...The convulsion is now being described in terms of a "scenario" to be avoided elsewhere in the Arab world, with commentators looking around the region, notably to Tunisia's eastern neighbour Algeria, where riots over food prices have only just subsided, and towards Egypt, where recent attacks on the Christian Copts raised the spectre of deepening sectarian violence.
What is afoot in North Africa, and will it really infect the internal dynamics of other Arab states?...strains on living standards affecting the whole region. In 2008, a sudden, 30 per cent rise in the price of imported wheat provoked widespread bread riots in Egypt, and Jordan has recently seen protests over living costs too.
Major gunbattles erupted outside the palace of Tunisia's deposed president, in the center of the capital, in front of the main opposition party headquarters and elsewhere on Sunday as authorities struggled to restore order and the world waited to see if the North African nation would continue its first steps away from autocratic rule...Syrian authorities sharply raised a key subsidy on Sunday in a reversal of policy after Tunisia's president was driven from power by unrest over soaring prices, unemployment and state repression. The government had hitherto been slashing subsidies as it lifts bans on private enterprise to try and repair decades of economic stagnation and draw back capital.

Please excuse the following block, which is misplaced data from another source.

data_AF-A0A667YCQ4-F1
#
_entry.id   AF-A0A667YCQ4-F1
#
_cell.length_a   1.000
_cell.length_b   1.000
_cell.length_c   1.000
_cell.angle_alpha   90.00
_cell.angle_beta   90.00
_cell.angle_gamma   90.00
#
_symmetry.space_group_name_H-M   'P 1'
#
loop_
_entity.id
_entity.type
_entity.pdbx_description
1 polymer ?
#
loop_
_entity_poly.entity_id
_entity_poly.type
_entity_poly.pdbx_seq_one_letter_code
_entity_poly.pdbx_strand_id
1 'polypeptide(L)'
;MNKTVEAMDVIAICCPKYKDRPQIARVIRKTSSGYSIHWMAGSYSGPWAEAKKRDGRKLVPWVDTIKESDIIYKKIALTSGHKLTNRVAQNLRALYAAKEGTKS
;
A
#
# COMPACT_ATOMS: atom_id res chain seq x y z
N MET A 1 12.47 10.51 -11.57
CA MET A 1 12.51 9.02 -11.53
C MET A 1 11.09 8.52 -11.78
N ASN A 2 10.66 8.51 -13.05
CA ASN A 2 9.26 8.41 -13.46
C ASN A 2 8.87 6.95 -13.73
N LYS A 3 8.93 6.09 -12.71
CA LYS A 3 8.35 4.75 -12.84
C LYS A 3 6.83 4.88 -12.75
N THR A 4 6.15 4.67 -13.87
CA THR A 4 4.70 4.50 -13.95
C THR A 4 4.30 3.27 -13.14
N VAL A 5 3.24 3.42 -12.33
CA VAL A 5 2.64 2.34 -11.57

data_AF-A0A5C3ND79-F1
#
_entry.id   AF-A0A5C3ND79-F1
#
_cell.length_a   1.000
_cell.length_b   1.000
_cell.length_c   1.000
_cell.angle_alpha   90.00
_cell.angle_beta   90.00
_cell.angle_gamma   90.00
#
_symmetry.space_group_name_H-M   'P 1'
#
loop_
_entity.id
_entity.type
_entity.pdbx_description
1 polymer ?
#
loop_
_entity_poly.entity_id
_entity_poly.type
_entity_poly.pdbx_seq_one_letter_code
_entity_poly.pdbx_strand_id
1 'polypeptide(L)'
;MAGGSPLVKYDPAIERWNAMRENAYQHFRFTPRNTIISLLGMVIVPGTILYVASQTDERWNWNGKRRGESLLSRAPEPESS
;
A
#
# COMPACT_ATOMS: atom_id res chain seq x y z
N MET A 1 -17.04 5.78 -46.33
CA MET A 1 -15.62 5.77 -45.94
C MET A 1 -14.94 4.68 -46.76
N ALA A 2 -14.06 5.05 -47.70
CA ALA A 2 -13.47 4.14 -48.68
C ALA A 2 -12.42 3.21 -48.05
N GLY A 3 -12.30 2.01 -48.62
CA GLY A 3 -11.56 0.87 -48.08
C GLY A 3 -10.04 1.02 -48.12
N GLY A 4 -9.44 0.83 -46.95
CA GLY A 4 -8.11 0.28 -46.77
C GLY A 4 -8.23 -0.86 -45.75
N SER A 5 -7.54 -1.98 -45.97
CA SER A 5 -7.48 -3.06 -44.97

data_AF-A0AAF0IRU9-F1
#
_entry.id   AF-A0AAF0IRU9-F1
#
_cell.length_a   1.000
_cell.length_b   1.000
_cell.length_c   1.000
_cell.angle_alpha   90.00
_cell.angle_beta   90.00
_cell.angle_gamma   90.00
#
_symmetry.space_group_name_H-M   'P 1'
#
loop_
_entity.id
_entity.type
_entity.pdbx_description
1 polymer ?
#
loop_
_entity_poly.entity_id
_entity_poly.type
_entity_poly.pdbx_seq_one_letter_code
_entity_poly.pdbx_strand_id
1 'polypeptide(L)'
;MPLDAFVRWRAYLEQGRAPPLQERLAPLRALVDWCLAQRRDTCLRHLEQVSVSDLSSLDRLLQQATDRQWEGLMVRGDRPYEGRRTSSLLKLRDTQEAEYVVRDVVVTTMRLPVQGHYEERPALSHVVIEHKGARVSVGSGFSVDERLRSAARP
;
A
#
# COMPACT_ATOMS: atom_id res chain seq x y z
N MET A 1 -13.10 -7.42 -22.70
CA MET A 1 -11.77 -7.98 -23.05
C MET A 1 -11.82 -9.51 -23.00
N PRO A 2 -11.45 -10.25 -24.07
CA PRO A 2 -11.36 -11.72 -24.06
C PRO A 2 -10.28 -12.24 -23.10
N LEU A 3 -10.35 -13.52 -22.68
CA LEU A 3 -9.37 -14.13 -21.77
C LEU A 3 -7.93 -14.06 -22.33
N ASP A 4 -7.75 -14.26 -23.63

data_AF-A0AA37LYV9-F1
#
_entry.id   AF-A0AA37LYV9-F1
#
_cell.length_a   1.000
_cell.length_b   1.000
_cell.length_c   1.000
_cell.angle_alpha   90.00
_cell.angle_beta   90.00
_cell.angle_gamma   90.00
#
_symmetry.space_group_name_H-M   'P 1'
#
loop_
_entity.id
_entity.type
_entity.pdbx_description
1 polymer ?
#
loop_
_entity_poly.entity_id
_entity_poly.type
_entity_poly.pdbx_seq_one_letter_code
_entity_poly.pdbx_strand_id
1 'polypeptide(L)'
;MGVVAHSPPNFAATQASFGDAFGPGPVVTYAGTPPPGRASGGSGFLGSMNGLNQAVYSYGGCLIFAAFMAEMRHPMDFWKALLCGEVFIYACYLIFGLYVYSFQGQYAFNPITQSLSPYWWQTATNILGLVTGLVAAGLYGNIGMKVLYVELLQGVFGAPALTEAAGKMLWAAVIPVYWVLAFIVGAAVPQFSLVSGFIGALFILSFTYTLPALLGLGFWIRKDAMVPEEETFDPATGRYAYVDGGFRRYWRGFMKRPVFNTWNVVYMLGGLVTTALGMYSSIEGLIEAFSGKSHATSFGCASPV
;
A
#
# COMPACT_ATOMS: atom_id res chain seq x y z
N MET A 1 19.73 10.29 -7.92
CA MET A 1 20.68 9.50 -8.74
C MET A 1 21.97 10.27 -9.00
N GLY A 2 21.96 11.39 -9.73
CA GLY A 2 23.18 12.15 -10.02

In neighboring Jordan, the state announced a $225 million package of cuts in the prices of several fuels and staple products including sugar and rice. Meanwhile, Islamists in Jordan, emboldened by protests in Tunisia called on Sunday for an end to what they called authoritarian rule in their country.
And even Libya slips in:
Gaddafi's Libya has had its own protests over the past few days. Nothing on the scale of Tunisia, but enough that his speech to Tunisians could be summarised thus: I am scared witless by what happened in your country.
I live in Israel, at a revenant community village and am Jewish.
But this isn't my fault.
The Arabs' responsibility is all their own.
And they've "earned" it.